But, the banks could not pay the import bills due to the ongoing dollar crunch, which eventually obstructed the way of commodity unloading from the ships.
Industry insiders voiced concern over the situation and said it is worrisome to face difficulties in imports due to the dollar crisis. The demand for edible oil, sugar, lentil and other essentials would soar during the upcoming Ramadan in the second half of March.
They feared that the commodity prices may see another jump if the dollar crunch continues to hinder imports this way. The number of LCs for importing Ramadan essentials already dropped by a remarkable extent this year.
Mostafa Kamal, chairman of Meghna Group of Industries, told Prothom Alo, “We opened LCs for importing commodities at earlier so that there is no crisis during Ramadan. The import bills have been paid in the local currency. But the failure to unload products is now increasing fines.”
Stuck at port for 54 days
MT Super 40, one of the three cargo ships, reached the outer anchorage of Chattogram port on 25 November, with 12,000 tonnes of palm oil from Malaysia, according to customs and port sources. S Alam Super Edible Oil Limited imported the oil worth USD 12.4 million. More than 54 days have elapsed after the ship’s arrival, but the consignment is yet to be cleared.
It was learnt that the importer is now counting USD 16,000 per day in fine and it will continue until the commodities are unloaded from the ship. It means the company paid a fine of USD 86,4000 or around Tk 91 million in the last 54 days.
A bulk carrier, MV Common Atlas, arrived at the Chattogram port on 5 January, with 60,500 tonnes of sugar from Brazil. Some 23,650 tonnes of sugar were cleared from the ship before the exporter stopped unloading on 11 January citing non-payment of import bills.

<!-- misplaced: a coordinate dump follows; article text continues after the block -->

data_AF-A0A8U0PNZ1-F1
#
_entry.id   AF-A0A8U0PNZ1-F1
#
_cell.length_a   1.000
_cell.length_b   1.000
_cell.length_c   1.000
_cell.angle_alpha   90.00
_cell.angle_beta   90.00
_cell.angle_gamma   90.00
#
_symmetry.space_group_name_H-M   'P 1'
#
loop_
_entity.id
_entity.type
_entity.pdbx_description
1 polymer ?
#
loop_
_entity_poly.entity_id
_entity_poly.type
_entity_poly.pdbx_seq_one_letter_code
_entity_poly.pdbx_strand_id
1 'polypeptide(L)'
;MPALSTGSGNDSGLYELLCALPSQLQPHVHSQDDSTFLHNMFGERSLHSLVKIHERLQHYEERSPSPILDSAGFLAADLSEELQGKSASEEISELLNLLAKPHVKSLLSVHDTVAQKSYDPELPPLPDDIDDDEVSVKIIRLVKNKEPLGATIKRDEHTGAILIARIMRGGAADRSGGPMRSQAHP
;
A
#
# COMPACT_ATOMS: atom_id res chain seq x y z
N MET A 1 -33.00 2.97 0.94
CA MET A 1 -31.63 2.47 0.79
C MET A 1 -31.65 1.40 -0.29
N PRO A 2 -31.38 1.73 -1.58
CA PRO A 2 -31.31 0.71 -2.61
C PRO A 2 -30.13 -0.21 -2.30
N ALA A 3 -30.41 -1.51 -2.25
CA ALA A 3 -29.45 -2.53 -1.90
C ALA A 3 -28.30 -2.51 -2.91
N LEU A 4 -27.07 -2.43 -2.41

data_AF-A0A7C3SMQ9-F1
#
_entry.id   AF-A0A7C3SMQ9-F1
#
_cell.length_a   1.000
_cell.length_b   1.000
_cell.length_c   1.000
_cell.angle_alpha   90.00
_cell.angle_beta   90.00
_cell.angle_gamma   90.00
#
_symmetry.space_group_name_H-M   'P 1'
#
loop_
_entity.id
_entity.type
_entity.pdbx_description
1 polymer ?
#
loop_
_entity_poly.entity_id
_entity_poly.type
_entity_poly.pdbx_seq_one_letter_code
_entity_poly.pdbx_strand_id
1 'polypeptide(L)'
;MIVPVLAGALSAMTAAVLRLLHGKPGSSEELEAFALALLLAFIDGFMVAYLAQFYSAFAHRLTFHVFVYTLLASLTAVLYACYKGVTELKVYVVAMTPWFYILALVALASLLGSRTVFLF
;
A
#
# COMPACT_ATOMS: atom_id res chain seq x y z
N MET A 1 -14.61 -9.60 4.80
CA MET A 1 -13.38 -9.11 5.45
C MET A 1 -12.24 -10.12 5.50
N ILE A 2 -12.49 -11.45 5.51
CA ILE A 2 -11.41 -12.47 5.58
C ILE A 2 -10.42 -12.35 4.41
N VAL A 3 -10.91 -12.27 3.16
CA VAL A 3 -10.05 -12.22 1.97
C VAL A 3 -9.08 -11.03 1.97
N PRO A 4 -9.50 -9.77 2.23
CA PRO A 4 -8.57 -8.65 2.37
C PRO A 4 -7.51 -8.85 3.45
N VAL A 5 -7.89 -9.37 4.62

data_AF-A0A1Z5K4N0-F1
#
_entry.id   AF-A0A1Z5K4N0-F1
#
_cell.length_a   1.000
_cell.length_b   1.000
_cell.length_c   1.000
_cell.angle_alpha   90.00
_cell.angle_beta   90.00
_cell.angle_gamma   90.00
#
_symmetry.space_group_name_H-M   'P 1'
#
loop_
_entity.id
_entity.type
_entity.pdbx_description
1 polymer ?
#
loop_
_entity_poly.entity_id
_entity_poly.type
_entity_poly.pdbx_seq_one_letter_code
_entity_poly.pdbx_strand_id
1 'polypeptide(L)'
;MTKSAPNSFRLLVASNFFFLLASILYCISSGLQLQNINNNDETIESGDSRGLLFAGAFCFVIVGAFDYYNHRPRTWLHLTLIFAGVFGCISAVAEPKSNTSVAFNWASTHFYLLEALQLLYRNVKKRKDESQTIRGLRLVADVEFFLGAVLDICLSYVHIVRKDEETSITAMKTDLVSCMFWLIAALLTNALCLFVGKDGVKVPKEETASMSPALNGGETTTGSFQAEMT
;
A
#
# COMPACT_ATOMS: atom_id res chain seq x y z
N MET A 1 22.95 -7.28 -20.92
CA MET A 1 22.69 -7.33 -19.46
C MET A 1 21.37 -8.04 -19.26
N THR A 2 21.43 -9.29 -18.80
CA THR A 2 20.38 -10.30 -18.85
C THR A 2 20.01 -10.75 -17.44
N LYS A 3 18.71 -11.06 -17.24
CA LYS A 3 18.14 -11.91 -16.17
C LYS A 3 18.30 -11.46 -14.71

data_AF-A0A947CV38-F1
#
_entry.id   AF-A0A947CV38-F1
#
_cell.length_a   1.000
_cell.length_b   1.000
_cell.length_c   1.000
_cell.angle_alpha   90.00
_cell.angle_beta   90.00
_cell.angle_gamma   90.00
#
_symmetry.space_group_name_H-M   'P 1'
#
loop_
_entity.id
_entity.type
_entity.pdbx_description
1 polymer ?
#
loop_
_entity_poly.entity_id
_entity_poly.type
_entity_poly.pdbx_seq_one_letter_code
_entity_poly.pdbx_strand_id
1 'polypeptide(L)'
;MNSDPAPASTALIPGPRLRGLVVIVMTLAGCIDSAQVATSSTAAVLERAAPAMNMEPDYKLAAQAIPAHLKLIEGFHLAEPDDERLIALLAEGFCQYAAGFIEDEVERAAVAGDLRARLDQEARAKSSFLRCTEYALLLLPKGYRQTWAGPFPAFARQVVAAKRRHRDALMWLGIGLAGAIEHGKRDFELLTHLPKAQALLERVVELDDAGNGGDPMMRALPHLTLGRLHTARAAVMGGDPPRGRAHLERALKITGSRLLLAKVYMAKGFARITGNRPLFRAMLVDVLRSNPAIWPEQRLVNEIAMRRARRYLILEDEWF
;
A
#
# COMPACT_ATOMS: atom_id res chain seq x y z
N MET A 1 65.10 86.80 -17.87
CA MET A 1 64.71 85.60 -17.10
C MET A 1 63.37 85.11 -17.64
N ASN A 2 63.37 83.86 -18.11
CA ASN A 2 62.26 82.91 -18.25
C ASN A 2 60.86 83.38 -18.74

Later, the 200-metre freighter docked at the jetty on Monday, but it was sent to the outer berth again without unloading the sugar.
The importer is counting USD 40,000 in fine per day for the delay in unloading. The fine totalled USD 280,000 in seven days since 11 January.
The third one of the ships waiting at the Chattogram port is MT Sogan. It carried unrefined soybeans from Brazil for Bangladesh Edible Oil and Meghna Oil Refinery Limited and reached here on 6 January.
The soybeans of Bangladesh Edible Oil were cleared immediately, but that of Meghna Oil Refinery remained stuck due to non-payment of import bills. Meghna Oil imported 5,000 tonnes of oil at USD 6.2 million and is now counting a daily fine of USD 38,000 for the delay in unloading.
Earlier, another importer, TK Group, had to wait for 10 days to get the goods cleared from the ship.
Worries over the supply
According to the Bangladesh Trade and Tariff Commission (BTTC), the country has a monthly demand of 170,000 tonnes of edible oil and it jumps to 250,000 to 300,000 tonnes during Ramadan. The regular monthly demand for sugar is 150,000 tonnes and it soars to 300,000 tonnes during the month of fasting.
This time, there are concerns over the commodity supply during the upcoming Ramadan as the number of LCs dropped significantly.
The Bangladesh Bank data shows that the number of LCs involving imports of unrefined sugar dipped by around 28 per cent in the October-December quarter compared to the previous year.
Also, LCs of unrefined soybean oil fell by 47 per cent while that of soybean seed fell by 83 per cent, gram by 47 per cent and date by 30 per cent. However, the number of LCs may rise in January.
The traders usually import Ramadan essentials three months before the month of fasting. They refine oil and sugar and release it in the market via wholesalers.
Mezbaul Haque, the spokesperson of Bangladesh Bank, said nobody reported to them about the suspension of commodity unloading due to the LC complications. If anyone reports, the regulator will take the necessary decision considering its importance.
Quick solution needed
The country has been in a dollar crisis for nearly 10 months. The greenback, which was at Tk 86 at the beginning of last May, now stands at Tk 107. The central bank is restricting imports to keep the dollar crisis under control.
It, however, issued repeated directives to keep LCs involving imports of daily essentials unhampered. But the number of LCs did not rise significantly.
Ahsan H Mansur, executive director of the Policy Research Institute (PRI), said when the big groups are struggling to import, it is easy to assume the situation of others. Lower imports would lead to lower supply. The market is already feeling the impact of low sugar and wheat imports.
He said Bangladesh Bank is apparently failing to solve the dollar crisis. If it continues, the situation will deteriorate further. Foreign banks will turn away from guaranteeing against loans.
The noted economist sought effective measures to recover from the dollar crunch.